A Week with the Music of Tom Waits: Part 5

tomwaitsmegaphoneBone Machine (1992) is not as cacophonous as its successor The Black Rider (1993) is, but it’s way scarier. Bone Machine sounds like Waits, having grown bored with the chest of junk he used to build his trilogy of albums across the 1980s, went out to a cemetery and starting digging up corpses because, hey, human bones make for fantastic percussion.

Never mind the album’s title, which seems to fit cozily, but good luck listening to the album’s first song, “Earth Died Screaming,” and not thinking bones aren’t exactly the tool being used to achieve the macabre island rhythm. It’s like Bart Simpson telling unsuspecting toddlers at the dentist that the rattle inside spray paint is a kid’s tooth. It’s terrifying, occasionally disturbing, and kind of funny.

Amidst the skeletal percussion, the steady reminder that “we’re all gonna’ be just dirt in the ground,” and the general feeling that the Apocalypse can’t possibly be far off, Reverend Waits emerges like the voice of John the Baptist in the wilderness to assure everyone that “Jesus gonna’ be here, he’s gonna’ be here soon.” It’s not a warning of an impending judgment that so often accompanies the voices of those who claim the end is nigh; it’s a voice of someone trying to keep the faith while the world around them goes to Hell, and Jesus is coming to bail them out. And since things are deteriorating, the narrator concludes that His arrival must be soon.

The silence in the library is making me self-conscious of the volume coming through my headphones. I’m not one to disrespect the sanctity of a library’s silence, but I’m also not one to want people to think I’m insane. Bone Machine is probably one of the albums in my collection most likely to give people that impression. It’s one thing if Mozart is a little loud in my headphones. It’s quite a different thing if “In the Colosseum” is:

This one’s for the balcony and this one’s for the floor
As the senators decapitate the presidential whore
The bald-headed senators are splashing in the blood
The dogs are having someone who is screaming in the mud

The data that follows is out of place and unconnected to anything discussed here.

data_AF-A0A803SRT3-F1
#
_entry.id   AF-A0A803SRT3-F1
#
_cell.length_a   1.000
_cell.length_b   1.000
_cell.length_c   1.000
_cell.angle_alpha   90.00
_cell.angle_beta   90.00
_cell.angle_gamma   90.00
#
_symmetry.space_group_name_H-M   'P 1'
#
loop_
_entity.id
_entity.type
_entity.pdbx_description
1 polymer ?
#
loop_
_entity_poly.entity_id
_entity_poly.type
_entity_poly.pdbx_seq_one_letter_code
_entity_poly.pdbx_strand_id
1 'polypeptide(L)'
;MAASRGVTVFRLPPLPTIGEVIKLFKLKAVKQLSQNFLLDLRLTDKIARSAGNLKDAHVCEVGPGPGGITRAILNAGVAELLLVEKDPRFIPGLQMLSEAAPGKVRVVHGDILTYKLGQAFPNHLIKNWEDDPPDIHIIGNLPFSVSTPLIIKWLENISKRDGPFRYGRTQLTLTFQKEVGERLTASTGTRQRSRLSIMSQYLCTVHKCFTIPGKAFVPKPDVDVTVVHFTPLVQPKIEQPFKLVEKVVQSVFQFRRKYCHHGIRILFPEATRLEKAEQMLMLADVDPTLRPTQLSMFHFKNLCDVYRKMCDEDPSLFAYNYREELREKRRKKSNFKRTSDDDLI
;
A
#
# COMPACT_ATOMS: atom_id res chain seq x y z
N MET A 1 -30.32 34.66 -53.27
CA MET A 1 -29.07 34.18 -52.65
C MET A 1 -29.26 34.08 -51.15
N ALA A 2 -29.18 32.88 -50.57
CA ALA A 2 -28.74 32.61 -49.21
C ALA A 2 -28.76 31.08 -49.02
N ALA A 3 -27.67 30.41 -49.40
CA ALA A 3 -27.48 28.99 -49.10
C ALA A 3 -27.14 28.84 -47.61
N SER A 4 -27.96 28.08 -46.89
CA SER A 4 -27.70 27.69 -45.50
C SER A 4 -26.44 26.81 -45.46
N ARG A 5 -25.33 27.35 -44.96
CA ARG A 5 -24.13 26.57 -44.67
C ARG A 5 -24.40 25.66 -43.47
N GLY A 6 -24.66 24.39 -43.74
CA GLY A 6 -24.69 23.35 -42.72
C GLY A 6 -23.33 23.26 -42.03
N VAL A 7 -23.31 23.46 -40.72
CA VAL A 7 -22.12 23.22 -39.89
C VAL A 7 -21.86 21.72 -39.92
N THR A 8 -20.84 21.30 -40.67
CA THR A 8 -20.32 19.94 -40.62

In the Colosseum tonight 

I settle on a volume I deem acceptably loud for rocking, but quiet enough as to not escape the confines of my headphones and let Bone Machine churn on. “Murder in the Red Barn” is one of my all-time favorite Waits tracks. The ambiguity with which he presents the (lack of) evidence to this murder is, again, terrifying, occasionally disturbing, and kind of funny:

Now the ravens nest in the rotted roof of Chenoweth’s little place
And no one’s asking Cal about that scar upon his face
‘Cause there’s nothin’ strange about an ax with bloodstains in the barn
There’s always some killin’ you got to do around the farm

Bone Machine comes coasting to a stop about fifteen minutes later. For all its discord, I find it to be one of my favorite Waits albums —Rain Dogs offering the stiffest competition of the albums this series has talked about thus far.

The Black Rider, conversely, is not one of my favorite Waits albums. In fact, it’s probably my least favorite. Like 1987’s Frank’s Wild Years, The Black Rider is the soundtrack to a stage play. It’s rife with “themes” and “interludes,” and other scaffolding indicating its theater DNA.

I’ve briefly taken out my headphones as my own personal intermission between the two albums. The library isn’t as quiet as it was when Bone Machine started. There’s a man, clearly a recipient of a lifetime of privilege and general obliviousness, talking on his Bluetooth earpiece as he walks around — is there a technological invention that has made douchebags more easily identifiable?– yelling at some poor customer service rep who apparently “is an idiot,” and “doesn’t know what he’s doing,” because, you know, the library is the logical place to be having this “discussion.” The discordant Black Rider is going to be sweet, beautiful music to my ears in comparison.

Off the stage, much of The Black Rider is forgettable. Many of those “intros,” “themes,” and “interludes” don’t endure without the aid of the stage setting –they kind of just sound like thematic noise. Even after listening to this album many times over the last several years, it’s still hard to get through in one sitting. If not for the occasional signposts that highlight the trip — “Just the Right Bullets,” “The Briar and the Rose,” “Russian Dance” (Waits’ best instrumental piece, bar none), “I’ll Shoot the Moon,” “Lucky Day” — I’d probably never choose to listen to this album.

Speaking of thematics, something I love doing is using an artist’s catalog to piece together some kind of unified narrative –whether that story is true, or completely built from my imagination (RE: bullshit) doesn’t really concern me. Even though The Black Rider isn’t necessarily indispensable, it holds a romantic place in the Waits catalog, unofficially closing the junkyard era started by Swordfishtrombones ten years earlier. It’s thematically beautiful that the closing track of The Black Rider is “Carnival” –a one-minute-sixteen-second instrumental of carnival-esque madness. You can almost feel the camera panning out to an overhead, panoramic view of the scene. To the sound of a train whistle in the closing moments, the lights and music fade. The carnival –Waits’ carnival that has taken up residence for the last ten years– is leaving town. Its departure will leave a quiet, dusty homestead and six years of musical silence in its wake, from which perhaps Waits’ greatest achievement will derive its roots.